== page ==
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I'm using the SharpPcap + PacketDotNet libraries to process some .pcap files and came across a bug in the way the timestamps are calculated.

Take this Timeval property, which is something along these lines:

PosixTimeval Timeval
    DateTime Date;
    ulong Seconds;
    ulong MicroSeconds;

The problem is as follows: Suppose you have a trace open in Wireshark with one of the packets with a timestamp of "0.002". Once you open it within one of your programs, it retrieves the packet and its Timeval is setup such that Seconds = 0 and MicroSeconds = 002 = 2. This is done under the hood, so there is no way to avoid it as far as I can tell.

My question is if that problem is common to other libraries (and maybe all of them?) who manipulate the pcap file format, which I think are built around the same collection of c/c++ functions, or if this is a problem only with the ones I'm using.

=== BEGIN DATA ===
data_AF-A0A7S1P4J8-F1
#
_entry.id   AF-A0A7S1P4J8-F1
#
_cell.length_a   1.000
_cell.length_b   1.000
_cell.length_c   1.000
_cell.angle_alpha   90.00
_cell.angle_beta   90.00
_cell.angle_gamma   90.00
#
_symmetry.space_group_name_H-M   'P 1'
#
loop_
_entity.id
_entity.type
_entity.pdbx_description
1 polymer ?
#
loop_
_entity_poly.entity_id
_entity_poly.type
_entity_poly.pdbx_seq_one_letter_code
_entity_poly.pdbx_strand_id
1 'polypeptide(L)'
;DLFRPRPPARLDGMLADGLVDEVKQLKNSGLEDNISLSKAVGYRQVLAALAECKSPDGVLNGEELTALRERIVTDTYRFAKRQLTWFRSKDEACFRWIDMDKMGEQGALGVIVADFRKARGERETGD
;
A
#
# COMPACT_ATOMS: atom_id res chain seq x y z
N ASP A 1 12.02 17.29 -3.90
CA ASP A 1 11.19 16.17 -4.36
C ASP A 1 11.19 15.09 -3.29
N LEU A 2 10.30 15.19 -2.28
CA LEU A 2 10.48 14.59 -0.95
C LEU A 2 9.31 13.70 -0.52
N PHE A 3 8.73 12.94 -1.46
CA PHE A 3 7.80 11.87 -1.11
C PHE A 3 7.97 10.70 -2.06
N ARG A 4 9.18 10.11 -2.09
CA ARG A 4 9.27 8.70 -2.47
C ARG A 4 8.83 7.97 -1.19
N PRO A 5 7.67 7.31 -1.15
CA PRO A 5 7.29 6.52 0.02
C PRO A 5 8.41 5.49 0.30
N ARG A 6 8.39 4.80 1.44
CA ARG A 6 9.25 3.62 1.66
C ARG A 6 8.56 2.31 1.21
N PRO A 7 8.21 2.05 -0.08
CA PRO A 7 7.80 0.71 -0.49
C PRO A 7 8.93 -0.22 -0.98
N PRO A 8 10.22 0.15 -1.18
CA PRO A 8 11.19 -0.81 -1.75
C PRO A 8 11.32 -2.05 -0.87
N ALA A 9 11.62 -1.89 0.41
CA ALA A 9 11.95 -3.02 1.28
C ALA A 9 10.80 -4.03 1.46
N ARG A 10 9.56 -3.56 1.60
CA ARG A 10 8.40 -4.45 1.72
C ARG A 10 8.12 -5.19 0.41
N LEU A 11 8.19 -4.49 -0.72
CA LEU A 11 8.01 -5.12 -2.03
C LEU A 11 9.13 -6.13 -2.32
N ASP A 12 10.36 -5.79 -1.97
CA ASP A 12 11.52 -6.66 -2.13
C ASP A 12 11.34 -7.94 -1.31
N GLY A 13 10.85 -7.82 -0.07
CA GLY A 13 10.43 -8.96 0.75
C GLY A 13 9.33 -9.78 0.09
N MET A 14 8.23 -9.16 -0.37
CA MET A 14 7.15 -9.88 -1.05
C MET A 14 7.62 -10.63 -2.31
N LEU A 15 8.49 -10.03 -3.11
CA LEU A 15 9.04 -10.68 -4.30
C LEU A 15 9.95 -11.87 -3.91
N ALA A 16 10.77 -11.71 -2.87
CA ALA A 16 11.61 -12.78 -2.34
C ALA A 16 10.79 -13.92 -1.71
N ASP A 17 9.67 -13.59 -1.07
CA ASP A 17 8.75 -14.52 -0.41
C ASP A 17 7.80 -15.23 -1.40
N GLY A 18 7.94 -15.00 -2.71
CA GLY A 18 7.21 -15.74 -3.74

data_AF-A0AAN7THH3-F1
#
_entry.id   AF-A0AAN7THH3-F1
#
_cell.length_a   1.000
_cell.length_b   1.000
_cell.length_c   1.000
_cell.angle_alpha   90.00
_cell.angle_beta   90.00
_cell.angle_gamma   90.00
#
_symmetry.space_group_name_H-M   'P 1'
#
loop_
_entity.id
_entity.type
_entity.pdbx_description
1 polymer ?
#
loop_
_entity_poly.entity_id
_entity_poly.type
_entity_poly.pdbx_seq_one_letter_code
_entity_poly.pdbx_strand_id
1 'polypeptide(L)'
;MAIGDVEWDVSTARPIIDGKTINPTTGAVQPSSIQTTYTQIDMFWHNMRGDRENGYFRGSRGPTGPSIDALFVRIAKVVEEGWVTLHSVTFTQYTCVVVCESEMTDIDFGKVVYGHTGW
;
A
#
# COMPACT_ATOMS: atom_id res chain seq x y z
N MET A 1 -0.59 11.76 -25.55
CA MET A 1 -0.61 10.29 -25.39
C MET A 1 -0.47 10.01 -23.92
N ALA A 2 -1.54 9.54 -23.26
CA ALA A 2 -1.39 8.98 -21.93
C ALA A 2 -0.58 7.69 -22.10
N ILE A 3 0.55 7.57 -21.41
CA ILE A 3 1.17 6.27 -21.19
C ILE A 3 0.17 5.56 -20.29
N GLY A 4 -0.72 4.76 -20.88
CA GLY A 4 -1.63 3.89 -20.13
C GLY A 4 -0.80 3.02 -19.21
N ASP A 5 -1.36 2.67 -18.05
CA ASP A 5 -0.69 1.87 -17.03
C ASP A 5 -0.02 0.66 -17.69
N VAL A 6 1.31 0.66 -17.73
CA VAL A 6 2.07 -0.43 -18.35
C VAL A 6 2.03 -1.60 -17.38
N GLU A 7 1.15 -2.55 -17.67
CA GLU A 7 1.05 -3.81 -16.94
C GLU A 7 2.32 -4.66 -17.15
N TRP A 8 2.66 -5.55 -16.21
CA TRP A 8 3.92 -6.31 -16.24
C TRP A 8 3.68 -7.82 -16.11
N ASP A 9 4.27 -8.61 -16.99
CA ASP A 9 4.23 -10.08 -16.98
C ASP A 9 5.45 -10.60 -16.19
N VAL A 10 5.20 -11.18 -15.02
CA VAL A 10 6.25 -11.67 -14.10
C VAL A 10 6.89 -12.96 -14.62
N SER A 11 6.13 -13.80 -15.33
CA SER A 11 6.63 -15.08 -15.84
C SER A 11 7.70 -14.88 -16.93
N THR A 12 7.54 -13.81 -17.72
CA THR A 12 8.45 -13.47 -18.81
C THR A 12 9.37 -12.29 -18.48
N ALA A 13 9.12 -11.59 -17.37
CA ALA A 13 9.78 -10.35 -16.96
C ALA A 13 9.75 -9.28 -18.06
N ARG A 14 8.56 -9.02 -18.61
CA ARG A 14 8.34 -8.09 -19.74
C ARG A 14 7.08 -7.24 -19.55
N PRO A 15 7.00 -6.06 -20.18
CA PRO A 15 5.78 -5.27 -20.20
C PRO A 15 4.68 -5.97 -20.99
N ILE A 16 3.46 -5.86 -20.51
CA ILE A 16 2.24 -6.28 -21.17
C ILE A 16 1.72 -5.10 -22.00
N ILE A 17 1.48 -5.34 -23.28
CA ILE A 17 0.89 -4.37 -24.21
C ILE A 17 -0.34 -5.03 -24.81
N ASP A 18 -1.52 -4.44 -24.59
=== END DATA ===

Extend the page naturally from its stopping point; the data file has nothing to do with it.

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I'm the author of sharppcap/

What is the bug that you are seeing with the timestamp values? The conversion you mentioned seems correct. 0.002 seconds is 2 milliseconds.

The timestamp values should be the full unix timeval when the packet was captured. Certainly a timeval of 0.002 doesn't make sense as an absolute time, only a relative one.

I'll add a unit test to sharppcap to validate the packet timeval if there isn't one already.

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